Class Act

Published: May 11, 2009

By Jim Lichtman
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Dominic DiMaggio, an all-star center-fielder for the Boston Red Sox during the Ted Williams era, died last Friday at his home in Massachusetts.

Working on my book, What Do You Stand For? I had a chance to talk with Dominic on three occasions.  Although his response did not make it in the final version of the book, I’m including it here because it says a lot about an individual who not only contributed to baseball but to life.

During our conversations, I always found Dom to be straightforward, yet restrained about his accomplishments.  While writing an introduction about him, he would constantly play-down his own achievements.  When I pointed out that what he considered minor achievements, many would consider to be qualities lacking in a great many of today’s ballplayers, he would simply say, “Jim, you go too far.”

Dominic knew his skill-set, did not have to brag or boast.  An intense player blessed with an incredible throwing arm, Dom led the American League twice in runs scored and once in triples, who batted .300 four times.

Here’s Dominic’s piece on telling the truth with his “approved” introduction:

I wasn’t around to watch Dominic DiMaggio play for the Boston Red Sox, but I’ll bet I would have enjoyed it.  He was dubbed The Little Professor because he wore glasses and acted, well, professorial. Faced with an umpire’s bad call against him, Dom was reported to have said; “I have never witnessed such incompetence in my life!”

The youngest of the three DiMaggio brothers Dom was a lifetime .298 hitter.  And except for three games in ’53, he played his entire 11-season career with Boston.  In his book,The Summer of ’49, David Halberstam called Dom the most under-rated player of his day.

“Never explain.  Your friends don’t need it and your enemies won’t believe you, anyway.  Be straightforward and maintain strong ethical values.  This will gain you credibility, which is extremely important in life and will earn you an excellent reputation.

“My ‘moment of principle’ came when I voluntarily left baseball early. I had told the Red Sox five years before that when the time came that I felt I should be on the field and wasn’t, then I would leave in a hurry. When I wasn’t playing and I felt I should be, I asked them to release me or trade me.  They said ‘no’ to both.  I felt my only choice was to leave baseball.  And so, I voluntarily retired.”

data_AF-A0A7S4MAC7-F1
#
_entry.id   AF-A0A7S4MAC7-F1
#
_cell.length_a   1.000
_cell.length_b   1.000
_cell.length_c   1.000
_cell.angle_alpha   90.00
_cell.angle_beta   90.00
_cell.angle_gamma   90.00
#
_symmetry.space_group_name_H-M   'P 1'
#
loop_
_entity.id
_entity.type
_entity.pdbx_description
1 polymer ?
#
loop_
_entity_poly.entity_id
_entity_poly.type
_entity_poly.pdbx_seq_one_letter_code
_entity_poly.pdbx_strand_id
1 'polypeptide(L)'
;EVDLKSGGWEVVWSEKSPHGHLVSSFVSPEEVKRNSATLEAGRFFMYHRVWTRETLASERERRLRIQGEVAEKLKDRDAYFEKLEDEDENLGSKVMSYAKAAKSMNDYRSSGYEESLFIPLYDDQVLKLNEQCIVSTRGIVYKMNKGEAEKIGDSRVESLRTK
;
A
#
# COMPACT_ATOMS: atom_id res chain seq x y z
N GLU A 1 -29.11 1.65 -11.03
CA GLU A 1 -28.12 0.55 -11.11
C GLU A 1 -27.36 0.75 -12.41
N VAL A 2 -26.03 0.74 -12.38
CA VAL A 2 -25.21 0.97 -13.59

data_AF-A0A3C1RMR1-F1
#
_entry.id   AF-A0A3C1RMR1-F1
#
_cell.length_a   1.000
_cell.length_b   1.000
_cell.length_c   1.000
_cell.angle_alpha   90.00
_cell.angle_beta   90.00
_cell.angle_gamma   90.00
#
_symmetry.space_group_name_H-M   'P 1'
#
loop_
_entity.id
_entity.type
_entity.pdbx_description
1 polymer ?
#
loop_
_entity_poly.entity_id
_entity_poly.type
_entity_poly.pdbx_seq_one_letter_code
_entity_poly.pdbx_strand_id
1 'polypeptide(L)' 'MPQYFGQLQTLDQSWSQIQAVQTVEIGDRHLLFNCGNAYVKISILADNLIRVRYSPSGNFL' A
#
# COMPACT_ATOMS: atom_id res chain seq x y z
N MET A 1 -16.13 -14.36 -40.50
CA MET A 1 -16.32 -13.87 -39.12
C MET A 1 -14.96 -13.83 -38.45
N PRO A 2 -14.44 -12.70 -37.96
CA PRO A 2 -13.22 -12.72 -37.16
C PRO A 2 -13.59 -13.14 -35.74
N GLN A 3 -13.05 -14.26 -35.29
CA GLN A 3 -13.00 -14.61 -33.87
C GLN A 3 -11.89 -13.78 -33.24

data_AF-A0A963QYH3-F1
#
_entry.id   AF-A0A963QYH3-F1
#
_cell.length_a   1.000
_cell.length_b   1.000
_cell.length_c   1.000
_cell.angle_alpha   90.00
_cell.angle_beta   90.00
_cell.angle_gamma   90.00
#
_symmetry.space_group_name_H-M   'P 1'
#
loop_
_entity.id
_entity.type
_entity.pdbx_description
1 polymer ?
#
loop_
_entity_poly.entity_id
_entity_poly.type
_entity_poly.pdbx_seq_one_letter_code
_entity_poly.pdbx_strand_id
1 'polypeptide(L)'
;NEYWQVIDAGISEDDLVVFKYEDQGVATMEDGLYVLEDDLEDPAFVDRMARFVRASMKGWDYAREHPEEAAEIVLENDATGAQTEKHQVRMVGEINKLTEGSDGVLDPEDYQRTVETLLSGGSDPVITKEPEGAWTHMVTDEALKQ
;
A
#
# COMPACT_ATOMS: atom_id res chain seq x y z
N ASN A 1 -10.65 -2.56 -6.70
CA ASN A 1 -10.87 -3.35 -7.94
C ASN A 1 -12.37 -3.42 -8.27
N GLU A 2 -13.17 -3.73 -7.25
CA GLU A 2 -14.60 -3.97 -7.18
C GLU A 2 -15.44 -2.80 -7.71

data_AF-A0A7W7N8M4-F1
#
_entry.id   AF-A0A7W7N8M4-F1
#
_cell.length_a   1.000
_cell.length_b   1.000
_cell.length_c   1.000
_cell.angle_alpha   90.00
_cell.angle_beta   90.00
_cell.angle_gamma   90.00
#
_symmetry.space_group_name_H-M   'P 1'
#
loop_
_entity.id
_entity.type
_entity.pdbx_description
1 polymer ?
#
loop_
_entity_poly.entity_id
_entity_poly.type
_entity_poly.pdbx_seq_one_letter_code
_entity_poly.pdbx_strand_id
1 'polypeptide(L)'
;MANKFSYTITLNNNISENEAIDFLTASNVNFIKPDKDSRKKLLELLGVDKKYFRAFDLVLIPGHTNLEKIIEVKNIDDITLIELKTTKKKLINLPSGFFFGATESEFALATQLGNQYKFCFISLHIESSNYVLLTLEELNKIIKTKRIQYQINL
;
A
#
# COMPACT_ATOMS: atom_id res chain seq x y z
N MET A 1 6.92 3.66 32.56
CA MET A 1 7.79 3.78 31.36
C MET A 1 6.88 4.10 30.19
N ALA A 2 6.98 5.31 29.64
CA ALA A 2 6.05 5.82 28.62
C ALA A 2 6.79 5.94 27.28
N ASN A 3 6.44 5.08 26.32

In October 1999, Dom testified before a Congressional Judiciary Subcommittee on pending legislation, Wartime Violation of Italian American Civil Liberties Act.  His words spoke of the injustice faced by many Italian-American families during World War II.

“Mr. Chairman, Members of the Committee, I am pleased to be here today to participate in this hearing. This legislation, theWartime Violation of Italian-American Civil Liberties Act, is important to the Italian-American community and it is important to me. I am here today in hopes that we can bring to light the tragic events of the past and honor those who had to endure them.

“After completing the 1942 baseball season I enlisted in the United States Navy. It was an honor to serve my country and I gladly put my baseball career on hold to do so. However, I had no idea that while I was away fighting for my country, the United States government declared Italian-Americans enemy aliens. It saddens me to think that my mother and father were considered enemy aliens by the country they adored so much.

“I was not the only son who came home from the war to find that their parents, or other members of their family, had suddenly become enemy aliens. Over 500,000 Italians served in the United States Armed Forces. Many of these brave soldiers were fighting to protect the very rights and privileges revoked from their families. In fact, their are several accounts describing how some Italian Americans, so saddened and shamed by their enemy alien status, ended their lives. Should the deaths of these innocent people go unnoticed? I think we should honor those who endured these terrible injustices by, at the very least, acknowledging that they happened.

“I remember my father was forbidden from fishing or even visiting his friends at the wharf because it was in a prohibited zone. I do not know the extent, but I am sure my father was changed after his experience as an enemy alien. The number of people affected by these events will never be known and the effect on the Italian American community can never be measured. What we can do is acknowledge these terrible events and work to ensure that it will never happen again. I want to express my strong support for the legislation before us today and urge the Committee to move this bill forward.”

Dominic DiMaggio was a class act both on and off the field.

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